to stand up and yell, or just clap kind of hollow in his or hers seat. I’ve
found myself clapping, but I do not believe that I have yelled. Some young women who sit behind you may feel the need to say repeatedly, "Them Burgess Boys are bad ass. They're bad ass!" It is a
beautiful act of absurdity. If the demolition derby did not exist, an artist
would invent it.
The car races are different because it almost makes sense.
But, in the end, when you watch a mutilated car, pushed from the track by another
mutilated car, you are struck by the impotence of victory and the silliness of
winning.It is very close to being
as absurd as the demolition derby. If you have a seven year old son even he
will acknowledge the similarities.
They are both beautiful because they are ridiculous. They are
brilliant because they are dumb. I would hate to be smarter because I wouldn’t
understand the dumbness that makes them so beautiful.
6:00- 8:00: Shanna Compton, Gary
Sullivan, Katie Degentesh, Sharon Mesmer,
We-Are-Familia Pop Up Gallery
& Event Space:539 Atlantic Avenue, Brooklyn, NY View Map
Find out what all the fuss is about: Host and flarfista Sharon Mesmer will
introduce some of the collective's New York members: Shanna Compton (For
Girls), Katie Degentesh (The Anger Scale), Nada Gordon (Folly), Gary
Sullivan (PPL In A Depot), Brandon Downing (Lake Antiquity), and Drew
Gardner (Petroleum Hat).
Turns out, a Muncie
painter, Jerry Cool, had a dream in 2008 of a grey-haired, dark-bearded man
killing Osama bin Laden. When Jerry Cool saw Gary Faulkner on the David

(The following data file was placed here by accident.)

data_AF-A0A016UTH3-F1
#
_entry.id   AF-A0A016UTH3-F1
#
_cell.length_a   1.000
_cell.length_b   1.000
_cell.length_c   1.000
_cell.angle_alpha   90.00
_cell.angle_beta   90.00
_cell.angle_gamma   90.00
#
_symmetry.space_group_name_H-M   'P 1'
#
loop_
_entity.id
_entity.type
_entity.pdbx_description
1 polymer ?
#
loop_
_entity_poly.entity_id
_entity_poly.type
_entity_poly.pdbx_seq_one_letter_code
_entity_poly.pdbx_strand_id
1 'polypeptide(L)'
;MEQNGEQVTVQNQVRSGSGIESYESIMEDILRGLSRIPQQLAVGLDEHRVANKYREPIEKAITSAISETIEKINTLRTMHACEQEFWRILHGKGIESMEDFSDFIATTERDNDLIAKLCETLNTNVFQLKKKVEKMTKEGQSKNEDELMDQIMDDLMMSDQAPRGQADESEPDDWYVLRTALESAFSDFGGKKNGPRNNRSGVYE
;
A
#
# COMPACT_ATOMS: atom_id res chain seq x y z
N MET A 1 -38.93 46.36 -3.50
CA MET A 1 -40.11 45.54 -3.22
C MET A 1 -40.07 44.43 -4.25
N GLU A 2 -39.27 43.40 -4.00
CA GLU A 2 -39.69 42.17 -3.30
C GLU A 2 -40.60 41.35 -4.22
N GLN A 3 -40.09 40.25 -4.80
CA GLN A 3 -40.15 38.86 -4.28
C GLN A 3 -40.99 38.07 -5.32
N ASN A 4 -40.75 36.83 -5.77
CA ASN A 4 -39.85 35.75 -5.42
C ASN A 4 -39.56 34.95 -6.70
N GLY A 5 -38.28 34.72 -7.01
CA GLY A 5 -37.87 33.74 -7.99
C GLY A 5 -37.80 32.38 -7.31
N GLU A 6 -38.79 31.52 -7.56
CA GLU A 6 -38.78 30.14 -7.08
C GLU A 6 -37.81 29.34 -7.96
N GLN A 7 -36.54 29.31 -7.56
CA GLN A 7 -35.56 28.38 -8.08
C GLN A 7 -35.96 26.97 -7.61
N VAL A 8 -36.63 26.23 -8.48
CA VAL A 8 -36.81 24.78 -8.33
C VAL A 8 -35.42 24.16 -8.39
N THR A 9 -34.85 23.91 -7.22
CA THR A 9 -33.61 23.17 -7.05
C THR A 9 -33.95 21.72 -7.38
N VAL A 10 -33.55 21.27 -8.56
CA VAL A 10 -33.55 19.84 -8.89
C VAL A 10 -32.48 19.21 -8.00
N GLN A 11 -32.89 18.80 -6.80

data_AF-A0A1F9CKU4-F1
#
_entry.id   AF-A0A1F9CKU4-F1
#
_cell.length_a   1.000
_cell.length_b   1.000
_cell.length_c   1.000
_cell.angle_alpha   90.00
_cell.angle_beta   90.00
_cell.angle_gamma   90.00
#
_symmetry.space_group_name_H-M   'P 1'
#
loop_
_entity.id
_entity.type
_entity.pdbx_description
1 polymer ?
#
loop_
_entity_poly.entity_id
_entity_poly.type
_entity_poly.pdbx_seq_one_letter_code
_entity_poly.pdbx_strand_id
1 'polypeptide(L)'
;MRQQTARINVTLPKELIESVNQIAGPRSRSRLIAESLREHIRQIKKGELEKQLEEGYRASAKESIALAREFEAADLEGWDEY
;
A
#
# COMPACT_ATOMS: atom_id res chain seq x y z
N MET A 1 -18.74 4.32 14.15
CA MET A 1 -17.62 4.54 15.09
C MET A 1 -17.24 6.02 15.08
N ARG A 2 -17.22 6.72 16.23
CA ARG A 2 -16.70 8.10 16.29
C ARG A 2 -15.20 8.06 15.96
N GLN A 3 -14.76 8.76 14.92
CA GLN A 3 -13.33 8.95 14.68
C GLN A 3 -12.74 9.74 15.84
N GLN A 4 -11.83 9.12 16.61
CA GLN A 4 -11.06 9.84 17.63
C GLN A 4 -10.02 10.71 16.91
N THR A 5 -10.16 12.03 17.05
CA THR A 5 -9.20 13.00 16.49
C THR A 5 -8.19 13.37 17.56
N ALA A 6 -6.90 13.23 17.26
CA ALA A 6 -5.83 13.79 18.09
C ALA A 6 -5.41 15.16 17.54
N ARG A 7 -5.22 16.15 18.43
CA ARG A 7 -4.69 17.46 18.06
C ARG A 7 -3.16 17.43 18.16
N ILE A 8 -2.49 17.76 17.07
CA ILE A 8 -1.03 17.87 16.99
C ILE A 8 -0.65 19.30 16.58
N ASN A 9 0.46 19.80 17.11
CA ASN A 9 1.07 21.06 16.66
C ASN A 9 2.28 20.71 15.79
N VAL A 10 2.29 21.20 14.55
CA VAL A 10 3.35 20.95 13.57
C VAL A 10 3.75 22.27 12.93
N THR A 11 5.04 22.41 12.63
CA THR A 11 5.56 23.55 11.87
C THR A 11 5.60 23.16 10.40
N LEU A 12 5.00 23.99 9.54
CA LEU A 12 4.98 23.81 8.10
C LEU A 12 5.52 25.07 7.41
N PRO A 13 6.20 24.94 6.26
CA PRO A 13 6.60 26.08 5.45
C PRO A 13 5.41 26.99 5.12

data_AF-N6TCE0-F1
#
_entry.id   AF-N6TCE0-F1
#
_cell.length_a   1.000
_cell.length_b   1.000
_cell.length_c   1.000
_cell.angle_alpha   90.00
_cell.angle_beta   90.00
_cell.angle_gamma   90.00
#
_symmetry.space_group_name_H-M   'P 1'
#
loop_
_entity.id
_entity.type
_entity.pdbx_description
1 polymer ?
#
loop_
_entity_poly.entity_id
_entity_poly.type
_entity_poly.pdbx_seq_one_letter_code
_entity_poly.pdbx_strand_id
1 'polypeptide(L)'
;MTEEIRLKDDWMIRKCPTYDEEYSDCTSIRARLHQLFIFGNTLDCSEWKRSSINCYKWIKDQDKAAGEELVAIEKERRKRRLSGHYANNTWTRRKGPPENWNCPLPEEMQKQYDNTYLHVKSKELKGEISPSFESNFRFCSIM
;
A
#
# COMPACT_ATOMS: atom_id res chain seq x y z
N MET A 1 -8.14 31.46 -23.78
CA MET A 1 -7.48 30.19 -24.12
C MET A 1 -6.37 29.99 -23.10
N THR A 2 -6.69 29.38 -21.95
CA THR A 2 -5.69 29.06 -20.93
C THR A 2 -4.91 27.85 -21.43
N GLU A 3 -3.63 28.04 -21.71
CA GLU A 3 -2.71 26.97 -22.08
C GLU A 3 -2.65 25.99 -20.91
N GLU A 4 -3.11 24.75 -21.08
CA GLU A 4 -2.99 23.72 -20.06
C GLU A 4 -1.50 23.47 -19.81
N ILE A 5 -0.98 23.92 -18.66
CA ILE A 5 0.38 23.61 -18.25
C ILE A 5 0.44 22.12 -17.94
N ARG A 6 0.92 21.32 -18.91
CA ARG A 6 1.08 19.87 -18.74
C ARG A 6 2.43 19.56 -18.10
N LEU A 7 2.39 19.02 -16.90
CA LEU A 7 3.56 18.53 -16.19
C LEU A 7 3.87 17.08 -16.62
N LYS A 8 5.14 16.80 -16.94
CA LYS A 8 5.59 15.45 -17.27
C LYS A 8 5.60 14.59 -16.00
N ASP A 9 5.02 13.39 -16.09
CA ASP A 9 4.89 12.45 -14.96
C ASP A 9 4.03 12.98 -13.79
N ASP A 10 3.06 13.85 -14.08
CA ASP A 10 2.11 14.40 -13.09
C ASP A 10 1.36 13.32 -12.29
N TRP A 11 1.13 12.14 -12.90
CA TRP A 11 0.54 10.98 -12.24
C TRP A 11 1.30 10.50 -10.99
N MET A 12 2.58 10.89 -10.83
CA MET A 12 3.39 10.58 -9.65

Letterman show he was “shocked.” After all, Gary Faulkner was the grey-haired,
dark-bearded American who was recently detained in Pakistan “for trying to hunt
down and kill Osama bin Laden.” Faulkner came through Muncie on Monday to pick
up the painting that Cool gave him. Apparently, Cool knew “that was (Faulkner)
in my vision.” Also, Faulkner “had these visions myself.” No word on why
Faulkner appears to be Roman and why bin Laden appears somewhat Christ-y.
Visions are mysterious-y.
These photos make it clear
that the Hog Wrestling at the Delaware County Fair was not “New and Improved,”
as promised. It was the same old teams of 4 people or so capturing a hog in a
mud pit and setting it atop a stack of tires. The stands are packed, as you can
note in some of the photos. But, that fullness of people is not a fullness of
satisfactory entertainment. It’s hollow, people of Muncie! Turn away! Besides,
the pig squeals bring to light a sick inequity.
Roger Miller medley including the song "Dang Me," in which the chorus calls for his own lynching and contains such lines as "Roses are red and violets are purple / sugar's sweet and so is maple surple." Also in here is "My Uncle Used to Love Me But She Died."
"[t]here is no substitute for reading. Hearing something aloud is its own experience, but it's hard to beat sitting in bed or in a comfortable chair turning the pages of a book, putting it down, and eagerly awaiting the chance to get back to it."
July 21, 2010 NYT interview about recording audiobooks of his four essay collections.